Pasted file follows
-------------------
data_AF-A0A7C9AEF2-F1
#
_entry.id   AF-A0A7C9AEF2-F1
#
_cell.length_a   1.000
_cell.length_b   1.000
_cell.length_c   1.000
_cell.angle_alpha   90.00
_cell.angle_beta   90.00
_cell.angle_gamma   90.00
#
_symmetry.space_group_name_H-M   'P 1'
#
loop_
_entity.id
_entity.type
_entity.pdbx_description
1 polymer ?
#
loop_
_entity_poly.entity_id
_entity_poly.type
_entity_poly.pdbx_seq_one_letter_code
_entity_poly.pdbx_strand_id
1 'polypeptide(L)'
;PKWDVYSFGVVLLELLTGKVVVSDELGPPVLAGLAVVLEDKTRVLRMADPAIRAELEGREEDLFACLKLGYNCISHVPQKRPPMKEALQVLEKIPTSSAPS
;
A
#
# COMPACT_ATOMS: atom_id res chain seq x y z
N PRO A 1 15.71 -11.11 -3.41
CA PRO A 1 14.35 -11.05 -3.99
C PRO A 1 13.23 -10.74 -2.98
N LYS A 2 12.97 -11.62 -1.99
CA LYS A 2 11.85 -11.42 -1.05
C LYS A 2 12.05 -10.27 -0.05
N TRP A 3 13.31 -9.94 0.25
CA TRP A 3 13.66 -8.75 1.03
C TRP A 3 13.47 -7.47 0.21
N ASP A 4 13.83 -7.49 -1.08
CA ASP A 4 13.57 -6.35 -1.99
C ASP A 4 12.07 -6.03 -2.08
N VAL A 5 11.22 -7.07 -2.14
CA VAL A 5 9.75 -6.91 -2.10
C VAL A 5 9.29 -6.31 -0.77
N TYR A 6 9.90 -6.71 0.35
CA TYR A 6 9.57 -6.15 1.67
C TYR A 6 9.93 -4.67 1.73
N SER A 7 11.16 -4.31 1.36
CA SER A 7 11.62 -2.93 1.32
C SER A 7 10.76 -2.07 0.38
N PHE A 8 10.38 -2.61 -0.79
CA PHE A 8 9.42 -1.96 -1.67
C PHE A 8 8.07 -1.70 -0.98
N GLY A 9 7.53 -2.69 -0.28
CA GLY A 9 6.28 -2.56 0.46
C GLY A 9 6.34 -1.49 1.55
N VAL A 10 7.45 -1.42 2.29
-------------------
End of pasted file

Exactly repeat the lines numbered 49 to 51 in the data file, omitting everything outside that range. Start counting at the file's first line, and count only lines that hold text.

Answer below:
N SER A 7 11.16 -4.31 1.36
CA SER A 7 11.62 -2.93 1.32
C SER A 7 10.76 -2.07 0.38